GLENWOOD SPRINGS — The Christmas season can be a time when both practicing Christians as well as those who may be less comfortable with regular worship, but still want to experience a spiritual release, are looking for something more.
So, in an effort to reach out to a broader community, the oldest church in Glenwood Springs has begun offering a new opportunity for worship and reflection that draws from both ancient and modern traditions.
The Sunday evening 1016 Labyrinth Walk at First Presbyterian Church in downtown Glenwood Springs began on the first Sunday of Advent on Dec. 1.
Called “1016” after the church’s physical address at 1016 Cooper Avenue, the special gathering takes place at 5:30 p.m. continuing this evening and again on Dec. 22 and 29. A light dinner and hot drinks will follow at 6 p.m.
“There’s nothing wrong with the traditional way of doing Sunday morning church but it doesn’t work for everyone,” First Presbyterian pastor Charis Caldwell points out. “Many people are looking for a place to really talk and think rather than only listening to what the pastor or a few church leaders have to say.”
In this case, the spiral-shaped labyrinth is a series of small candles set up on the floor with different stations within and places outside the circle for worshipers to take part in quiet reflection.
The circle is set up each week in the church’s lower-level fellowship hall, and involved knocking out a wall into an under-utilized storage space that has been transformed with new paint and furniture.
“It’s somewhat of a humble space, but it’s a great place for reflection and quiet,” Caldwell said.
In determining what to do with the reclaimed downstairs space, 1016 worship director and church member Amelia Richardson Dress said the common themes expressed by parishioners were “less noise, more involvement from the ‘people in the pews,’ and just a time to connect with others.”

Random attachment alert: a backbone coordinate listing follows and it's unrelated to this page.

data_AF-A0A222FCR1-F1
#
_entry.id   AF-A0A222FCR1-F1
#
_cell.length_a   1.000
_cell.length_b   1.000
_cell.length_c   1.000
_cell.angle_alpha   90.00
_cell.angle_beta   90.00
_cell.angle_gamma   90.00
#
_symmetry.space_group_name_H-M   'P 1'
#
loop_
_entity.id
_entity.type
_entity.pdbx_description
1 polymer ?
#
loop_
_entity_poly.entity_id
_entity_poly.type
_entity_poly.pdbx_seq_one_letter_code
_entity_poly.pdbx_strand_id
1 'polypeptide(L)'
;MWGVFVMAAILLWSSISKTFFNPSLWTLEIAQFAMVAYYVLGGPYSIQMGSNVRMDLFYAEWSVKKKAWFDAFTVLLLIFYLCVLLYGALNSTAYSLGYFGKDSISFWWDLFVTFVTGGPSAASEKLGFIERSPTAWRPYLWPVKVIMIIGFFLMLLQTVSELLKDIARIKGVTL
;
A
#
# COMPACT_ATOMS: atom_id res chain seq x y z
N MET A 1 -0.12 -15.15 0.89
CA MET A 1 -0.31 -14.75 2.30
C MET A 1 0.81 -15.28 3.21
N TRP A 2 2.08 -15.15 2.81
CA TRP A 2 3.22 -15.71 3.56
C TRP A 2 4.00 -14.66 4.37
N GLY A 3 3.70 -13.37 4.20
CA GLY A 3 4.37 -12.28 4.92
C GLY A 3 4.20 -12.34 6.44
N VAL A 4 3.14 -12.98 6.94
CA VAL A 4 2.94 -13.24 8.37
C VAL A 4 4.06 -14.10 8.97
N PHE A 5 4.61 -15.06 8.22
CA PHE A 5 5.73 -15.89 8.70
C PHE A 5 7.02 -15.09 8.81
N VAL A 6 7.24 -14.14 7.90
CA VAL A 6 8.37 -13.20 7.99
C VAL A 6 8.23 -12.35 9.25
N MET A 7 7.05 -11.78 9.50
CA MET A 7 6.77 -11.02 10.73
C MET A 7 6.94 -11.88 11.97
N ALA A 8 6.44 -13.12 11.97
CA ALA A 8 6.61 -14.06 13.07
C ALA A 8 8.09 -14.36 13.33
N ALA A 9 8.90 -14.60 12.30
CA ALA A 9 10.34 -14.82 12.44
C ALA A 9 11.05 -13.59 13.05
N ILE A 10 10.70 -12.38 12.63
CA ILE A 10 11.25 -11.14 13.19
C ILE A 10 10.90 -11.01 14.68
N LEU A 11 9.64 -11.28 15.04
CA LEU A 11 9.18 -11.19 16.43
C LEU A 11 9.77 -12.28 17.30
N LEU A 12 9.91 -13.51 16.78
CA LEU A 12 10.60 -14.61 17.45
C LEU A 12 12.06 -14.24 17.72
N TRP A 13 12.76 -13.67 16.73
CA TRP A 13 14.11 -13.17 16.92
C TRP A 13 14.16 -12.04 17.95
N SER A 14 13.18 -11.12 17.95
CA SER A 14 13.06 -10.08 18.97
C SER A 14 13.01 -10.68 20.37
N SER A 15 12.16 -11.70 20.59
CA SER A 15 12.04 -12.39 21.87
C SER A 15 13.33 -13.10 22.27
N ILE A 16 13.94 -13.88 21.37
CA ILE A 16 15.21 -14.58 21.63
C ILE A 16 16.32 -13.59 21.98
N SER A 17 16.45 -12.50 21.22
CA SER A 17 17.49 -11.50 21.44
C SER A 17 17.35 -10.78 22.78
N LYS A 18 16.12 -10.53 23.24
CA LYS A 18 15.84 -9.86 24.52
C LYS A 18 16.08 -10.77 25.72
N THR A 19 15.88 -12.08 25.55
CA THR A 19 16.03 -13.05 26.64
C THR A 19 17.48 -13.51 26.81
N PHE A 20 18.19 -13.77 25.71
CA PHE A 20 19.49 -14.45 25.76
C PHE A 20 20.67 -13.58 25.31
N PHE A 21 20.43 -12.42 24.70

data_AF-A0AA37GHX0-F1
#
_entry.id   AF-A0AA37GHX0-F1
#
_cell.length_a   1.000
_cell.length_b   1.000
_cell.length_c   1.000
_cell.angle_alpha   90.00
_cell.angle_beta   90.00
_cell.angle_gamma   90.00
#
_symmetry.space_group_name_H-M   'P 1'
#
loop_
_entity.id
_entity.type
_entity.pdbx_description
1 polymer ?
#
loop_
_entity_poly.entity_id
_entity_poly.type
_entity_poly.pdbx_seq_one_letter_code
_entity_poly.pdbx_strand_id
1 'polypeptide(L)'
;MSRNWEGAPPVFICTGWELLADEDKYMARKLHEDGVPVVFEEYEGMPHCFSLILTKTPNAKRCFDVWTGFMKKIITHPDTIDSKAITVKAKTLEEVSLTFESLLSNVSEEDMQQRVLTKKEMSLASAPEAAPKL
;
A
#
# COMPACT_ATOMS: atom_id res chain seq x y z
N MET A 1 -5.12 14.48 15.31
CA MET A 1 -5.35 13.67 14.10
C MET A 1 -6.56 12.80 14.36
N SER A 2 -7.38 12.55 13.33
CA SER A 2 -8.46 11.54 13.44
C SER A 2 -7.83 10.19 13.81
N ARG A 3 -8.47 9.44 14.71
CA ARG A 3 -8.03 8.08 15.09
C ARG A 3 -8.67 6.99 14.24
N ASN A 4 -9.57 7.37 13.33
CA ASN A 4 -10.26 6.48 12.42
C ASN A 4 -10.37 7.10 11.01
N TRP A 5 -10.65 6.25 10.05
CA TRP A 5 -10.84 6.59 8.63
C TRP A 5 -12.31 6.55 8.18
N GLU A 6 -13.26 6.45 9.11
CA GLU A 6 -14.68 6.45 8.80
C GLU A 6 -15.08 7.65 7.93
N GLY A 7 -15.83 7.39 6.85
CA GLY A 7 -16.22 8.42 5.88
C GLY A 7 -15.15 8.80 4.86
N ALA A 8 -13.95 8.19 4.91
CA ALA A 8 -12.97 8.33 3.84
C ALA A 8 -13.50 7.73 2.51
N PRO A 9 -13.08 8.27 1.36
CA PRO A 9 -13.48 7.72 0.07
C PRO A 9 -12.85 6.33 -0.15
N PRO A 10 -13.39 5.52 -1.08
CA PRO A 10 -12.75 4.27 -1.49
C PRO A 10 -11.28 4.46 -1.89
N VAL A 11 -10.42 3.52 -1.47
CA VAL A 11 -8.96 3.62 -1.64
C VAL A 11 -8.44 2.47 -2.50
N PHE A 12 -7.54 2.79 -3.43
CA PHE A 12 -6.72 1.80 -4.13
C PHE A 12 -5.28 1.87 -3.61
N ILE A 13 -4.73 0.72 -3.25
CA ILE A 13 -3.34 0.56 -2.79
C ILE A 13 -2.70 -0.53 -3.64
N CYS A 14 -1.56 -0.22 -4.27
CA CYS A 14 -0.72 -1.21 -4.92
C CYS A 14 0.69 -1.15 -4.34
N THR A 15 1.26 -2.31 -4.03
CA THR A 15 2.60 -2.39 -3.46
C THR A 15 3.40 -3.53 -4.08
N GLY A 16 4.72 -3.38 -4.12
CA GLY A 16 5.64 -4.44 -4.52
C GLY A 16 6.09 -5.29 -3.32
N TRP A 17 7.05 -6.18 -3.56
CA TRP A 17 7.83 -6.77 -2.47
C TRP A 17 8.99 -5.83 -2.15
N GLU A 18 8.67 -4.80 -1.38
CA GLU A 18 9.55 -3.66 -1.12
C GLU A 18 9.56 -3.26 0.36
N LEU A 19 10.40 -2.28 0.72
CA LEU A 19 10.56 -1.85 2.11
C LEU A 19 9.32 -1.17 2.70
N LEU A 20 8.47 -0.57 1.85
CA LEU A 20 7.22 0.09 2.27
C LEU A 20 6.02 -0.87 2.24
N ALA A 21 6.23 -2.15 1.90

“Walking the labyrinth is an ancient practice in Christian tradition,” Dress said. “It gives us a chance to center ourselves and rest with everything that’s going on in our lives. It’s also designed to be a friendly place for kids and adults of all ages.”
Pastor Caldwell said the first Labyrinth service drew about 17 people, and she expects the number to grow as word spread from church members to friends and others in the community.
It’s more an “experience” than a worship service, she said.
“The idea was to create a space where people can come and be quiet and participate in their own spiritual life and relationship with God,” Caldwell said. “In this way, we can speak to folks who don’t find traditional or even contemporary forms of worship to be authentic.
“There are a huge number of people who may need to draw from a different well,” she added. “The church as an institution has something vital to say to people, but we also need to be able to conform to more of a shared conversation.”
Caldwell said the evening worship will take a break in January but will resume as a monthly service on the first Sunday of each month starting in February. The labyrinth walk will also be offered each Sunday during the Lenten season leading up to Easter, which falls on April 20, 2014.